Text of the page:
Connecting Trail: The Council voted to authorize Mr. Lloyd to enter into a Memorandum of Understanding on behalf of the City with the Three Rivers Land Trust and the Native Plant Trust to build a connecting trail across private property to connect the Sanford Community Forest and the Harvey Butler Rhododendron Sanctuary off Oak St. See separate story.
Demolition: In separate agenda items, the Council voted to accept the $9,900 low bid or demolition of the house at 38 Jackson St. and the $1,000 low bid for demolition of the garage at 18 Winter St. Following hearings last year, the properties were found by the Council to be Dangerous Buildings under the state definition. Both low bids were submitted by Green Shadow Property Maintenance, LLC, which is the same company that did the demo on the house at 10 Brook St. earlier this year. The price for demolition does not include disposal of the rubble, which will be priced at cost. The City will bill owners of both properties to recover its expenses. If the bills are not paid, they will mature into taxes, then liens, and the properties could eventually be subject to foreclosure. Ian Houseal, Director of Community Development, said the owner of Jackson St. property plans to put the land up for sale after the house is demolished.
Constitution Week: The Council voted to adopt a proclamation in recognition of Constitution Week, celebrating the 235th anniversary of drafting of the United States Constitution.
Assistance to Firefighters Grant: The Council voted to accept a grant of $174,545.45 from the Federal Emergency Management Association for firefighter training. The City will match the grant with $17,454.55 (10%) for a total approved budget of $192,000. Assistant Fire Chief Bob Arnold, who wrote the grant application, said the funds will be used for two types of training. 25% of the budget will go toward Rapid Intervention Team training. This involves having a trained and certified team available for a collapse or other emergency when firefighters are in danger. AC Arnold said a few other area departments have asked Sanford to be that team for them. The SFD has already begun RIT training, but needed the grant funds to complete it. The other 75% of the budget will be for confined space training which is important for firefighters to navigate safely in small spaces when they are carrying a lot of gear. The closest fire department that has this training is Biddeford, meaning there would be a long wait for assistance if a fire needed to be fought in a confined space. AC Arnold said Sanford firefighters are extremely excited to start the training.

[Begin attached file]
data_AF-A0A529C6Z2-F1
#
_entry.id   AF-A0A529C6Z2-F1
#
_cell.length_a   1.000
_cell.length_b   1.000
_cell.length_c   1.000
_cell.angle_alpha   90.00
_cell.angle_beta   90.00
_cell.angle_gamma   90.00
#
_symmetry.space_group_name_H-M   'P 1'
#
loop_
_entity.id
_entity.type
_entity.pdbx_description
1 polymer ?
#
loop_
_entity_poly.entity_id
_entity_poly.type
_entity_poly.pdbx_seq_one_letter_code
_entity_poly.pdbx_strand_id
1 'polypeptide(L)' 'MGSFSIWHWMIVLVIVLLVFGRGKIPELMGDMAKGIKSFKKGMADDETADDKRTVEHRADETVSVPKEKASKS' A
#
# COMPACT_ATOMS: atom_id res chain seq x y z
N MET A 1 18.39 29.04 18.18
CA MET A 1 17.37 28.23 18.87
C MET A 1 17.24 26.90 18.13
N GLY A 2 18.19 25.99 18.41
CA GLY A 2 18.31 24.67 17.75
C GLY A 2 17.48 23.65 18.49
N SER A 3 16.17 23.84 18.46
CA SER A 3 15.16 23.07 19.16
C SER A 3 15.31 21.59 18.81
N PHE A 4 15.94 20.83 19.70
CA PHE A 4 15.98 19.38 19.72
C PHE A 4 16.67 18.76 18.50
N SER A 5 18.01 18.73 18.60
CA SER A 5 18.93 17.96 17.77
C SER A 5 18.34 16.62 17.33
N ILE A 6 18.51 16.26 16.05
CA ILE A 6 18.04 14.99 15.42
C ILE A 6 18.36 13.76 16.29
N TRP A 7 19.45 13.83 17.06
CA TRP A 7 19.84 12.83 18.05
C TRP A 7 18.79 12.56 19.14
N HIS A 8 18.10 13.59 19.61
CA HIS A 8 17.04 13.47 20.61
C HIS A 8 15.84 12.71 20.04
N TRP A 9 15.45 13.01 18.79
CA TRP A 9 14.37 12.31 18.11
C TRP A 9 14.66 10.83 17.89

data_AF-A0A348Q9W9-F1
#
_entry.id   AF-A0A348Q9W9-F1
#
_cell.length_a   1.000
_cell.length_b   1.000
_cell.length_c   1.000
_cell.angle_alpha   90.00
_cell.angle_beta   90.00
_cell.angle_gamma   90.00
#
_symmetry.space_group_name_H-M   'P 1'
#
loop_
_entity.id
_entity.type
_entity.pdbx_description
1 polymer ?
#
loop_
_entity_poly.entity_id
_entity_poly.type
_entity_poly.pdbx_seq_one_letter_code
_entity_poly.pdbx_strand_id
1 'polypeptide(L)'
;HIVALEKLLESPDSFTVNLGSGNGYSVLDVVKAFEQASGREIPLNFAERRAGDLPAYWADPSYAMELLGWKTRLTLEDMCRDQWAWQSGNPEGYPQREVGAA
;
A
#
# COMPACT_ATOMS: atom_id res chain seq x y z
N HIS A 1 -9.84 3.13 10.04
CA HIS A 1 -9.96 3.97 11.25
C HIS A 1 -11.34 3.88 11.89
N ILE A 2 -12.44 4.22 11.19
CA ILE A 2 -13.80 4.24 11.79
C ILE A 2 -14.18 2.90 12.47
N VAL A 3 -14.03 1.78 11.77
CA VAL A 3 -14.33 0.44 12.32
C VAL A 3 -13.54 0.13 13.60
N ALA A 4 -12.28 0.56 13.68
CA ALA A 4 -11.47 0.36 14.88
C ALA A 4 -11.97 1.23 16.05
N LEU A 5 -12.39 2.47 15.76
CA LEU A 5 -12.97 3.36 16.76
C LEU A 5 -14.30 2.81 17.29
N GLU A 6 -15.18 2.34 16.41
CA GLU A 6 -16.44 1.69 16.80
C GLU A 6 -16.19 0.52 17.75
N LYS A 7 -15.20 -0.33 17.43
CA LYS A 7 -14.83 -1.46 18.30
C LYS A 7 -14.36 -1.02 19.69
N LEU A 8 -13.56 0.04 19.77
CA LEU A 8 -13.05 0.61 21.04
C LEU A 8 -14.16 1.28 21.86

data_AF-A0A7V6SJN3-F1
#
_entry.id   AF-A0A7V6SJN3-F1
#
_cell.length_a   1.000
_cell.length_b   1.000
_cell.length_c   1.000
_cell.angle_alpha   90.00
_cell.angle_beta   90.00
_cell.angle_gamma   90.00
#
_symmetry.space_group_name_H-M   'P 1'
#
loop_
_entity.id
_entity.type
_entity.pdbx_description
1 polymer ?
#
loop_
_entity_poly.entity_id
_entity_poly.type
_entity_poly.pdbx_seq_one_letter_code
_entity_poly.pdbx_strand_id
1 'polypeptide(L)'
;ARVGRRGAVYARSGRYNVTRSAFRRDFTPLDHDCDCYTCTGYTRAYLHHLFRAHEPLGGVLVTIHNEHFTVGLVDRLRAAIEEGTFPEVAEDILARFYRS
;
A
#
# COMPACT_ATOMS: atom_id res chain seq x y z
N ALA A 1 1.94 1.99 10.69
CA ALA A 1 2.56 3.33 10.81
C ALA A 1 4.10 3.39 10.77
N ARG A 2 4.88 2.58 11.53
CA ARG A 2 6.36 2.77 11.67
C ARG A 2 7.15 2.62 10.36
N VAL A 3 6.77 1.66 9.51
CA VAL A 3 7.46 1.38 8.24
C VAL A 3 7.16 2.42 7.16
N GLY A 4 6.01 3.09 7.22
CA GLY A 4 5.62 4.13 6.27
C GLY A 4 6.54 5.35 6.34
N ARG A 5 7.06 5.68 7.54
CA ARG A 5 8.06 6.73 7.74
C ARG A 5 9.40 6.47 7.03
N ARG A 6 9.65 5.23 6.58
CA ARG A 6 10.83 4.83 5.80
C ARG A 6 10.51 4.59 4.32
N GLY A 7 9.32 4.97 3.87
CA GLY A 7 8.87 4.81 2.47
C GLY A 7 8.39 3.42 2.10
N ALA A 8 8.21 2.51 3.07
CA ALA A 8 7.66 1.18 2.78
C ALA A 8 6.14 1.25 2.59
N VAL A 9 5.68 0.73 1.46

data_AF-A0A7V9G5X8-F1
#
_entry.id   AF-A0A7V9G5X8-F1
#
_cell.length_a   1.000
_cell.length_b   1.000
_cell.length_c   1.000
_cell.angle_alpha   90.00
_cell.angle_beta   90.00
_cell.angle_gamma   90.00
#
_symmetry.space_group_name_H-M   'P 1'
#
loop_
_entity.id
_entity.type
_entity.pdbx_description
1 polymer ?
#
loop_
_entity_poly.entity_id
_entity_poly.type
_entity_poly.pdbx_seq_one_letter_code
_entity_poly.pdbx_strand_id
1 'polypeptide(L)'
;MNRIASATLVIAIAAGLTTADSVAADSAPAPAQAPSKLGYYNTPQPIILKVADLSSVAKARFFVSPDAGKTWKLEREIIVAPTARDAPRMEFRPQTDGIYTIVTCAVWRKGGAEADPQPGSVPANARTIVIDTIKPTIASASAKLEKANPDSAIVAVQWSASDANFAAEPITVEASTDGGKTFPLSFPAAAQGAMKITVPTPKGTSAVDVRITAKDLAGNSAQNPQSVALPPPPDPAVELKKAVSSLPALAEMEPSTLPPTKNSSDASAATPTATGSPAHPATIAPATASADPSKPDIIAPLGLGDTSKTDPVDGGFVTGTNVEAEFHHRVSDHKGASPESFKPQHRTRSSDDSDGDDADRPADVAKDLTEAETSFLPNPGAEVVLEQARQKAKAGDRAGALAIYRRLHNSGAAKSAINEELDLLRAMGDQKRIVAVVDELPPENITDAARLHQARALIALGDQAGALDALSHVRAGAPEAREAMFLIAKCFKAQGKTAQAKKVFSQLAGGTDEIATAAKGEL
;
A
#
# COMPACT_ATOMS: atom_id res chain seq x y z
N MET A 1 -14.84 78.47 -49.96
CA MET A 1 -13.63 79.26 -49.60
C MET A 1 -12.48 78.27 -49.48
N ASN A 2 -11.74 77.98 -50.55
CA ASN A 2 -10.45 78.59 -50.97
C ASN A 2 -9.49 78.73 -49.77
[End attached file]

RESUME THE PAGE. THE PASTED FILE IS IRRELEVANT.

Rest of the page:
Sale of Fire Engine: The Council approved the sale of the SFD’s Engine 2 to the Town of Alfred. Engine 2 becomes surplus this week after the brand new Engine 3 goes into service, and Chief Benotti said the department has no place to store it. The Department already has Engine 4 and Ladder 1 for reserves. The Alfred Selectmen approved the purchase, but it must also be approved at a special town meeting of Alfred voters before the sale can be finalized. The sale price is $12,000, which Chief Benotti noted is at the high end of what the City could get if it put the engine up for bid.
Council Member Comments
- Councilor Termath reported that the Sanford’s 13-15 year old Babe Ruth team, who are the 2022 State Champions, were honored at a Red Sox game at Fenway Park over the weekend, along with other New England championship teams.
- Councilor Brink said she attended the Celebrity Classic softball game which was fantastic, and encouraged everyone to attend next year.
- Councilor Hanselmann volunteered at the Marching Band show at Alumni Stadium on Saturday and said it was great that SHS gives kids from other local schools the opportunity to join the band if their own school doesn’t have one.
- Deputy Mayor Herlihy reminded everyone that the Springvale Library’s Book Sale is coming up this weekend.
- Mayor Mastraccio encouraged everyone to read the Sanford Springvale News to find out about all the events coming up in town.
Future Agenda Items
- Councilor Hanselmann asked if the City could consider addressing the condition of the dock at Number One Pond in next year’s budget.
- Mayor Mastraccio asked for an update on the trail that was scheduled to be built this year from Breton Ave. to the high school.